There are many megalithic stones around the globe that are powerful tourism magnets. Many of them are ancient and were carved and worked thousands of years ago when history as we know it was not even written. One of th more curious examples is located in present-day Saudi Arabia, and we call it Al Naslaa. This massive stone is unlike any other on Earth, for it appears to be cut with laser-like precision.
The megalith, located at the Tayma Oasis appears as if it were split with a laser straight through the middle. In addition to the curious cut it appears to have suffered, the stone has been engraved with various symbols throughout history. Some of the more obvious are depictions of animals such as horses.
The history of Tamya spans back thousands of years into the past. The region where the stone stand today was inhabited since the early Bronze Age, as archeological excavations have clearly revealed. The region is a treasure trove of history. Ten years ago, a Saudi Commission from Tourism and Antiquities discovered a rock that bears the inscription of the Egyptian Pharaoh Ramesses III. But the history of the region spans back even further in history.
Searching the historical record we find that the oasis city of Tiamat appears in ancient Assyrian inscriptions dating back from the 8th century BC. In addition to an obvious rich history, the region is home to what many people argue is the most photogenic megalith on Earth.
But what really caused the rock to appear as if it were cut with a laser? The perfect slit between two standing stones is not the result of lost technology, nor should we blame aliens. I’m sure that if they exist and have visited Earth, they won’t try out their phases on random rocks. Right?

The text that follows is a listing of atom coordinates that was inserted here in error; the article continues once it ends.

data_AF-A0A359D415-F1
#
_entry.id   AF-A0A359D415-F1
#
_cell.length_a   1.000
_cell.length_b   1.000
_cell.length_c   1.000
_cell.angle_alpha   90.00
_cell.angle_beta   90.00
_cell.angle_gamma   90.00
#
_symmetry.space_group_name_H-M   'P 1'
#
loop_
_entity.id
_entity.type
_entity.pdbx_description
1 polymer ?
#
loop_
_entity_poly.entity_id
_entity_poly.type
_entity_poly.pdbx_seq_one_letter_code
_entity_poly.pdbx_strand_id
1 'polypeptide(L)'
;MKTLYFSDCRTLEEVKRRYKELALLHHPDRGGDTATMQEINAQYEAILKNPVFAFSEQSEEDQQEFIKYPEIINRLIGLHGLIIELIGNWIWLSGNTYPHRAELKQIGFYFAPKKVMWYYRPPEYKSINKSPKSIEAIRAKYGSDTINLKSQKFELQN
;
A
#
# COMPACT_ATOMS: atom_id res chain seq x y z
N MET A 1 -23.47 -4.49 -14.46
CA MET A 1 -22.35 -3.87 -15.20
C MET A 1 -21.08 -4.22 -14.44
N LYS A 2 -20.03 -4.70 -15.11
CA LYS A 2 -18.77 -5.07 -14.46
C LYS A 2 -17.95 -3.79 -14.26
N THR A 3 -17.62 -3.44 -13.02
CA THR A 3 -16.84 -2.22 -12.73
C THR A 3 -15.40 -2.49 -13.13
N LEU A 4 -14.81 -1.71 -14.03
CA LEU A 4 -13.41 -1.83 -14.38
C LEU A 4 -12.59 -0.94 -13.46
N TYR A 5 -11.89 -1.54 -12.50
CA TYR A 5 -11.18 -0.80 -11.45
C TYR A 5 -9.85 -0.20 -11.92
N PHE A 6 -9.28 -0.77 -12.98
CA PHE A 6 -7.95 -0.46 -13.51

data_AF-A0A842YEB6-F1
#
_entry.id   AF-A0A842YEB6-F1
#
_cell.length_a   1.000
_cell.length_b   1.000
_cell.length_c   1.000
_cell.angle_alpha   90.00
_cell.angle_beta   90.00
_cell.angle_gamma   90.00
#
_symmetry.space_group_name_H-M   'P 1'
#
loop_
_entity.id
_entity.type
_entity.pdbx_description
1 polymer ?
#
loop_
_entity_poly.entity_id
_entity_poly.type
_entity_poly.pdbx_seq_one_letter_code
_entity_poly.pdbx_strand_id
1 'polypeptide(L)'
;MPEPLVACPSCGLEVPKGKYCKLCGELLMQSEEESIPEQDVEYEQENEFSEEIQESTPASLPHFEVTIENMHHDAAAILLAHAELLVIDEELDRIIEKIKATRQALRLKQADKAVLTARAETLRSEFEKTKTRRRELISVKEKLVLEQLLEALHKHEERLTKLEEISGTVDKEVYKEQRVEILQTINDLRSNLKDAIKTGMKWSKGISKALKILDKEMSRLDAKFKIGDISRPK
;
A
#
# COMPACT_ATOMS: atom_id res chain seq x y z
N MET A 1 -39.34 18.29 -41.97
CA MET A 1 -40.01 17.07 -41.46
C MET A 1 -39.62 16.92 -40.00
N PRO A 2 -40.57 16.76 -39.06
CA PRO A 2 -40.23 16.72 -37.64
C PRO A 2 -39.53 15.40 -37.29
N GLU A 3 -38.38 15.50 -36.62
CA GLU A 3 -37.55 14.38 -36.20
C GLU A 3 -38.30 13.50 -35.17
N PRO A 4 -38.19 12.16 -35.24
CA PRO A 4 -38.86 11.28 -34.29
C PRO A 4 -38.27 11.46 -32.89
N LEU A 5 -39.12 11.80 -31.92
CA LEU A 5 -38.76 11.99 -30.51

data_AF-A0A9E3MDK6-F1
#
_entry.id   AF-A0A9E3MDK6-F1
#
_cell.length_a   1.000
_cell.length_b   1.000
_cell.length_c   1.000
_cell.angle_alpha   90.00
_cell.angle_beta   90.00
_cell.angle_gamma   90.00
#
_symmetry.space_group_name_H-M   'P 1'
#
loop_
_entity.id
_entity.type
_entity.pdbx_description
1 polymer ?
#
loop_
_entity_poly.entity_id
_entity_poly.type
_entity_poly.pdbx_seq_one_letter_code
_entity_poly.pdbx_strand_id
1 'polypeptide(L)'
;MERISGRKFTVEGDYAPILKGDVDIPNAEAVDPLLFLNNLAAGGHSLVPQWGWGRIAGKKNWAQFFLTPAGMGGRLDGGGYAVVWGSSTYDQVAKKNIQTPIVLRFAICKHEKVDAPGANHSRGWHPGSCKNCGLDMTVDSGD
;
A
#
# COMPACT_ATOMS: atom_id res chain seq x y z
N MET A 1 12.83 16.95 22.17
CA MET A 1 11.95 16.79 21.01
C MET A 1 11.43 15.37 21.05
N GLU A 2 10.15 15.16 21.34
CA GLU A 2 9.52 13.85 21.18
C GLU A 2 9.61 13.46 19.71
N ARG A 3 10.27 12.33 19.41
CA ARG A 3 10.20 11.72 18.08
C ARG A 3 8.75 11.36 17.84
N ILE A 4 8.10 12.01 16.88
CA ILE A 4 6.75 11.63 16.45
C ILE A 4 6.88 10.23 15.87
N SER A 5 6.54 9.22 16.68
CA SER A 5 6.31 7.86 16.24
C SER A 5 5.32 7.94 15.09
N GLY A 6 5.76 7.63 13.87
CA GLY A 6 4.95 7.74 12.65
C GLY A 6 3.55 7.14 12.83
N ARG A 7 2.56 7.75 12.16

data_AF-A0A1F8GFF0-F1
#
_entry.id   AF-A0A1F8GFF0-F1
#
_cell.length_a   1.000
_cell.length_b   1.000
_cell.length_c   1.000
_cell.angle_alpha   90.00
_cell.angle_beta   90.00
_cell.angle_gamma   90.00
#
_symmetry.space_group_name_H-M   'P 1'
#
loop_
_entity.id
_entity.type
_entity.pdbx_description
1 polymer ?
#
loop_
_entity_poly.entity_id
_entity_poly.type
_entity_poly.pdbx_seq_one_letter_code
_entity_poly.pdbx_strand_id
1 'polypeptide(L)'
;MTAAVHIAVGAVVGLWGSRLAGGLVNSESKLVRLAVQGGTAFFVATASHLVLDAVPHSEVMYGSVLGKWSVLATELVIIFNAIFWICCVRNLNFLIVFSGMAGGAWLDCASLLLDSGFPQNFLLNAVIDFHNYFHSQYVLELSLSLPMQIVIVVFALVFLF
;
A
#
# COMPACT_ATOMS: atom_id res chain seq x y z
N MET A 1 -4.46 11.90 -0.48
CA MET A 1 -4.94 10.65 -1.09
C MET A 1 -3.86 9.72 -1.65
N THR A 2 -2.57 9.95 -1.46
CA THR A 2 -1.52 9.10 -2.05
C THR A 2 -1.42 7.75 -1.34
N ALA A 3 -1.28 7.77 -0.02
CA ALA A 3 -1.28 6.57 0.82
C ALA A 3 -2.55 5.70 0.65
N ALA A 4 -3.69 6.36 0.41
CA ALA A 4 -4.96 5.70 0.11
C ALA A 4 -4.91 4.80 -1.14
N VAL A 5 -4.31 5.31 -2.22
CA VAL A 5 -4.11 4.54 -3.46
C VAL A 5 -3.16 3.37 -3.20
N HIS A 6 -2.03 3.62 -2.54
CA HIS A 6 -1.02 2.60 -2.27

So, can nature really create such perfection? Of course it can, and there are many incredible sites across the world that appear as if they were taken from a movie. You can check out some pretty good examples here.
But if it wasn’t aliens and if ancient civilizations didn’t have lasers, how did the stone split with such perfection?
Although there are many theories, one of the leading suggests that the ground atop which the massive boulders sit shifted in the past.
The boulder is held in place in two positions. When the ground shifted, and one side moved, it may have caused the entire megalith to split in half, and when it split, it did so with style and a perfectly straight line, making sure that people in the distant future would visit it and come up with countless theories trying to explain how Al Naslaa got its curious cut.
Another hypothesis that could explain the curious pattern is pressure cracks. In fact, we can see a parallel crack just right of the split. The pressure crack may have pushed some of the stone, creating not only a crack but its nearly perfect precision.
A third-placed option would be a minor fault line. Faultlines are known for creating weakened zones that erode much faster than the surrounding rock.
Al Naslaa is anything but a deeply studied monolith, and the biggest reason for that is because its crack is natural, and there’s not much to lock at, at first glance. But this is not the case, Al Naslaa offers more than just a mystery.
Despite geological theories explaining how the rock got its perfect crack, people can’t overlook its degree of perfection. This (below) is a close up of the crack between the two halves, you can see why people may think that the rock was split with a laser-like device.
The crack in between the two halves really seems almost as if done on purpose. However, it may not have always looked so perfect. When the stone cracked and one megalith became two, the fissure may have been far from perfect. But in time, with sand and powerful wind blowing in between the two sides, the crack may have been polished out. However, summa summarum, no one really knows for certain, and the real reason behind this incredibly precise split has yet to be determined, at least officially.
But that’s what makes the rock formation such a beauty. It offers an incredible view, it is engraved with ancient symbols many of which remain undeciphered, and then it has its massive laser-like cut going straight through the middle, giving rise to more questions than answers. It is noteworthy to mention that the symbols on its surface are probably entirely unrelated to the crack separating the two halves.
So, next time you are in Saudi Arabia and are looking for places to go, make sure to add Al Naslaa to your bucket list and visit the stage rock formations for yourself.